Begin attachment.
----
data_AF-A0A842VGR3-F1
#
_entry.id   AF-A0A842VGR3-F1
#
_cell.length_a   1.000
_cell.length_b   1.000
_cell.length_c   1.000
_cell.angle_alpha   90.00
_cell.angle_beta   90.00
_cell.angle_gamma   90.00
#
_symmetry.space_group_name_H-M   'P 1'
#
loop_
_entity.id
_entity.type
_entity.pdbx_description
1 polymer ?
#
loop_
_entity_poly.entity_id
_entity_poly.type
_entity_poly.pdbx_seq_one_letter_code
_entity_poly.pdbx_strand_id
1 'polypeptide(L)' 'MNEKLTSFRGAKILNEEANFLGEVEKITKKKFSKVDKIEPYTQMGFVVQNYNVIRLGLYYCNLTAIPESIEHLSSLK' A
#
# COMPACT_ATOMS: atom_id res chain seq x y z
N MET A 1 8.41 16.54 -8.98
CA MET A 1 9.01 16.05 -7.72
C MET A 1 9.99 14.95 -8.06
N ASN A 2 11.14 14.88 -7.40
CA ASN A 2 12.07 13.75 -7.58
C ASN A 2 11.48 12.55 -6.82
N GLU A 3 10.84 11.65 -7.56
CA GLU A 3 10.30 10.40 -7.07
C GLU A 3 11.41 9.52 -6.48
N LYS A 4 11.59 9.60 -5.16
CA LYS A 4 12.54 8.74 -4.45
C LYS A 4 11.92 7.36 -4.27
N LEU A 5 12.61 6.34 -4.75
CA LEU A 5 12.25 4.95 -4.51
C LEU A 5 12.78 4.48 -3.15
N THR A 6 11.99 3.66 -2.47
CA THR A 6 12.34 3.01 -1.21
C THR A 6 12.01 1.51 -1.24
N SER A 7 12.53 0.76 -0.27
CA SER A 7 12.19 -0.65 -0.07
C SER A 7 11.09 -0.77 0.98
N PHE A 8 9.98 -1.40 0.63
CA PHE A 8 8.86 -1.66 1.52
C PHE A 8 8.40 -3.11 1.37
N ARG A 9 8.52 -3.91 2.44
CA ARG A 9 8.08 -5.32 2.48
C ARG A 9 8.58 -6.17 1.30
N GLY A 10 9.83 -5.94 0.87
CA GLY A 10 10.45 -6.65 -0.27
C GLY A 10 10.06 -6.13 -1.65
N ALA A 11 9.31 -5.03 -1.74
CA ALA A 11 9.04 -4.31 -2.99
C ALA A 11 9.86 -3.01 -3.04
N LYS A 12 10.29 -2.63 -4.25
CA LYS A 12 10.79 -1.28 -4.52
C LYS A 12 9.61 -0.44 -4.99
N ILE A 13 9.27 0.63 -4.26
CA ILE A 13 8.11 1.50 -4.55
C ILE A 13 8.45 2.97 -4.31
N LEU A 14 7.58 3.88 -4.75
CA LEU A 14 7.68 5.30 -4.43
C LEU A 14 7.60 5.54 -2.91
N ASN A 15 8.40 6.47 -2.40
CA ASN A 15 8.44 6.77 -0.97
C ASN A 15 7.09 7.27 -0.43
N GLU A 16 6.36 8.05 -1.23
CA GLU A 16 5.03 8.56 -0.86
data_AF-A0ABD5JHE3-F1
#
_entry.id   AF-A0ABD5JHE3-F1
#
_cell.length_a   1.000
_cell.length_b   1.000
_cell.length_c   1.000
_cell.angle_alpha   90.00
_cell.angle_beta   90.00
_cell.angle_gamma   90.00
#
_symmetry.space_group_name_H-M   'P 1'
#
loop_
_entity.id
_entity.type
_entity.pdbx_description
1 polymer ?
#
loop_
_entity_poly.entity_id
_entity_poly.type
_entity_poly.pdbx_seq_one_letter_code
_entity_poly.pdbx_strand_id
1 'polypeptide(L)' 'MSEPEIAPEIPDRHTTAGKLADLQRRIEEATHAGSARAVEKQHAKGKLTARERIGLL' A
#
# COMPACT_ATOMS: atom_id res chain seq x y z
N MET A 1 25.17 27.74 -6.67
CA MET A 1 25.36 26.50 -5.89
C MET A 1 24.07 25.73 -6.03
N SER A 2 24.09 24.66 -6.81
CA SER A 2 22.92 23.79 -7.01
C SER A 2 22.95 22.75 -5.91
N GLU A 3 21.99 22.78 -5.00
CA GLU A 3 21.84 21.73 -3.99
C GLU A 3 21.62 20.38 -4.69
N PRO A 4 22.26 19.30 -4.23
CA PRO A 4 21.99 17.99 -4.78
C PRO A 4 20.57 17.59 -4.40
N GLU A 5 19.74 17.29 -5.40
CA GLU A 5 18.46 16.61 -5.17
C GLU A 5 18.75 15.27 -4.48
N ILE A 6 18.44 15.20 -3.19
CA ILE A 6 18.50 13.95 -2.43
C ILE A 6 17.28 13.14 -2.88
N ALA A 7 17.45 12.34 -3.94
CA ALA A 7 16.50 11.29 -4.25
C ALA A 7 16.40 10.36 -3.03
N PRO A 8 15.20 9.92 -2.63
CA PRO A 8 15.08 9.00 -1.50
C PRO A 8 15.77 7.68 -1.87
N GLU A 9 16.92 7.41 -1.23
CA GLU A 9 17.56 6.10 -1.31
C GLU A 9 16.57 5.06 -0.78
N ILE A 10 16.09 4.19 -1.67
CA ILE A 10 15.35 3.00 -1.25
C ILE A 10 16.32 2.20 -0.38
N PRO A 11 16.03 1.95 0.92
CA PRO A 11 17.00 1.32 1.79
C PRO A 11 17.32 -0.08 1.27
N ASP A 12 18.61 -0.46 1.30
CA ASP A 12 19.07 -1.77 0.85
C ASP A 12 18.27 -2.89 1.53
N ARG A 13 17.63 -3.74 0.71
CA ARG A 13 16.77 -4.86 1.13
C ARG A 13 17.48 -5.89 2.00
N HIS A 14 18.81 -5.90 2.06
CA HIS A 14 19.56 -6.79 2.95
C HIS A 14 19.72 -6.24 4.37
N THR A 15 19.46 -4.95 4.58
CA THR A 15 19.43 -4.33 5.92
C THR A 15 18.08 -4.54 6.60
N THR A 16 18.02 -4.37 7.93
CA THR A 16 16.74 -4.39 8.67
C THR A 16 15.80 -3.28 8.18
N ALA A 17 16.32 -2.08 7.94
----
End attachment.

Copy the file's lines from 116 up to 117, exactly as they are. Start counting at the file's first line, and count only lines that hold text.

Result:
C GLU A 5 18.75 15.27 -4.48
N ILE A 6 18.44 15.20 -3.19